In a move that has significant implications in terms of turning cloud computing into a commodity, IBM today launched a Communications Service Provider Platform specifically designed to help carriers move into delivering cloud computing services.
According to Deborah Magid, director of software for the IBM Venture Capital Group, carriers are looking for more profitable streams of revenue and, given their networking resources, a shift into providing cloud computing services is only natural. The challenge many carriers face is that they lack the infrastructure to provide those services. Under the Communications Service Provider Platform program, IBM intends to provide turnkey, carrier-grade implementations of cloud computing platforms that have been enhanced to meet the high-volume requirements of carriers moving into the cloud computing sector.
With IBM's assistance, many of these carriers will be competing directly with every cloud computing provider already in the space, including Amazon, a range of hosting companies, vendors such as Dell, Hewlett-Packard, Microsoft, Google, and a range of IT services companies. While rapid growth is forecast for cloud computing, it's becoming pretty clear that the massive amount of cloud computing compute capacity in the market soon will make it a buyer's market.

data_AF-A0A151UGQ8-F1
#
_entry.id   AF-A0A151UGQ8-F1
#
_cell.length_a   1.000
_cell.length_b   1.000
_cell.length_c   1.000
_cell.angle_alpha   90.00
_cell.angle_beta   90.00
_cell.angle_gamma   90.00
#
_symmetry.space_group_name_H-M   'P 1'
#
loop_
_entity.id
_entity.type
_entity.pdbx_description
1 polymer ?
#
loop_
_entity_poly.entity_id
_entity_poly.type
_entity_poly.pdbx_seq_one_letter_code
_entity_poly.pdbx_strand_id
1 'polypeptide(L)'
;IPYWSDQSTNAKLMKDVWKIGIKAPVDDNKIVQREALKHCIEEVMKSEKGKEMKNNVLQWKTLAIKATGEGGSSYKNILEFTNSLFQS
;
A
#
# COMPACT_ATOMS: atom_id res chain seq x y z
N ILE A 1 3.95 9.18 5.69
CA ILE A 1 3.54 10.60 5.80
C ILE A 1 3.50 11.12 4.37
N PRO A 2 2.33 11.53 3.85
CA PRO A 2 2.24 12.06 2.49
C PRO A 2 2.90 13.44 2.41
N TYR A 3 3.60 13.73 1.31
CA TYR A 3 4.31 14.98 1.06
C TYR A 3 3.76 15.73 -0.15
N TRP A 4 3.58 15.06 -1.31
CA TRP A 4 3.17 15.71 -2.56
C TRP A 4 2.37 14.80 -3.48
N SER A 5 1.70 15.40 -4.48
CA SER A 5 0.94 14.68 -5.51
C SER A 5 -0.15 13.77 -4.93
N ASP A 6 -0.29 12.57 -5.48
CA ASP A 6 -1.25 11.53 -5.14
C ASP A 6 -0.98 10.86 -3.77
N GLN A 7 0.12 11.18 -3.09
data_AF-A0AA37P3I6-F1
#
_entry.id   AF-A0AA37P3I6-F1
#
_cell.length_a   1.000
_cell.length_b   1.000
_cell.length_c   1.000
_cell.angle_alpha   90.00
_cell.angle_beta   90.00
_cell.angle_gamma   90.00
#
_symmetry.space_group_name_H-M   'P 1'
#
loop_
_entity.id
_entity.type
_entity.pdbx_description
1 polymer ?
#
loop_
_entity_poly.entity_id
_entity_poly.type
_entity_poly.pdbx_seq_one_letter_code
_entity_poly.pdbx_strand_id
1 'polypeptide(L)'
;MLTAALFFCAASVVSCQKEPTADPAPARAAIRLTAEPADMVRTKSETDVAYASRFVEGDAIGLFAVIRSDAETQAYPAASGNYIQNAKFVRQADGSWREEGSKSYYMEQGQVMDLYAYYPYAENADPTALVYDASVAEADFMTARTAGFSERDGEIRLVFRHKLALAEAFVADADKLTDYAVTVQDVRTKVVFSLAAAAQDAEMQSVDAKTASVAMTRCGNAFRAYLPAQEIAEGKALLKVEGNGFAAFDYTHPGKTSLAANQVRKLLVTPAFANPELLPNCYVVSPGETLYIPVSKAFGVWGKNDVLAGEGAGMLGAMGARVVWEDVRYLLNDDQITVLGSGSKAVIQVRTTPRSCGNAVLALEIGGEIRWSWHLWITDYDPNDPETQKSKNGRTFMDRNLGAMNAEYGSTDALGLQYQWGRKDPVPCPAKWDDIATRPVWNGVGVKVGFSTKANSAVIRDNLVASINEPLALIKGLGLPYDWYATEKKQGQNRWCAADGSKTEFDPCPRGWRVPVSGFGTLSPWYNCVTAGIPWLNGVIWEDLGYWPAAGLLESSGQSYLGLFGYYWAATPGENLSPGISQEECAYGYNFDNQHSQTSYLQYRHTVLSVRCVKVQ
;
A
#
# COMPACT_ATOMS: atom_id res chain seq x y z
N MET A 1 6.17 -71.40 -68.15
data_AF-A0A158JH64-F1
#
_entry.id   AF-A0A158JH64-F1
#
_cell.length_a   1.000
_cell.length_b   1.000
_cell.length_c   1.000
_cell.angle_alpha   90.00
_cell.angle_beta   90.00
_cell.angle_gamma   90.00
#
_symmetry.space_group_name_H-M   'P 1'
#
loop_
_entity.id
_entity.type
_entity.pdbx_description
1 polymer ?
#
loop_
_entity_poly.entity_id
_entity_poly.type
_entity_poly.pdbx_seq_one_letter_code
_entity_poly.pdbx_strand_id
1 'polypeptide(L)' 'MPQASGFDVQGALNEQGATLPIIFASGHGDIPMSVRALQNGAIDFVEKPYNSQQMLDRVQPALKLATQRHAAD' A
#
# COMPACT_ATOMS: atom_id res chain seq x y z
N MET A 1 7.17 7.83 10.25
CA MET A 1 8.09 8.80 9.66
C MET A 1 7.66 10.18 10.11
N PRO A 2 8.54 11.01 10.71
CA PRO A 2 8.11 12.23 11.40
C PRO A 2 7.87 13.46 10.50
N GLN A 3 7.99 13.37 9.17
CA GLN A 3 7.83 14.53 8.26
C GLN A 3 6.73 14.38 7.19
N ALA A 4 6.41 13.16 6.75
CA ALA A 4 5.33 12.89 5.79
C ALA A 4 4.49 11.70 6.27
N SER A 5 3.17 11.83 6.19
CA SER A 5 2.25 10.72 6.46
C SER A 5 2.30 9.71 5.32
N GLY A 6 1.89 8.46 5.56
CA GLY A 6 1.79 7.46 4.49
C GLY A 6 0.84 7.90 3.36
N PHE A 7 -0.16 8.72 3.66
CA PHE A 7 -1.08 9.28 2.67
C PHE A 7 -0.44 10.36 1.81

Magid said that IBM is also working with carriers to essentially turn the cloud computing platforms created by the carriers into distribution channels for IBM software and the software of IBM partners. This could significantly lower the cost of sales for software vendors while significantly expanding the base of customers that can effectively use any given set of applications, she said. This new channel will be especially important for mobile computing applications that will primarily rely on cloud computing services delivered by the carriers.
A fundamental change is occurring in the way enterprise computing resources are being delivered to customers. But for the time being, it looks like we may have to wait and see who will actually survive what will surely turn into a cloud computing price war that will probably drive many smaller players from the market.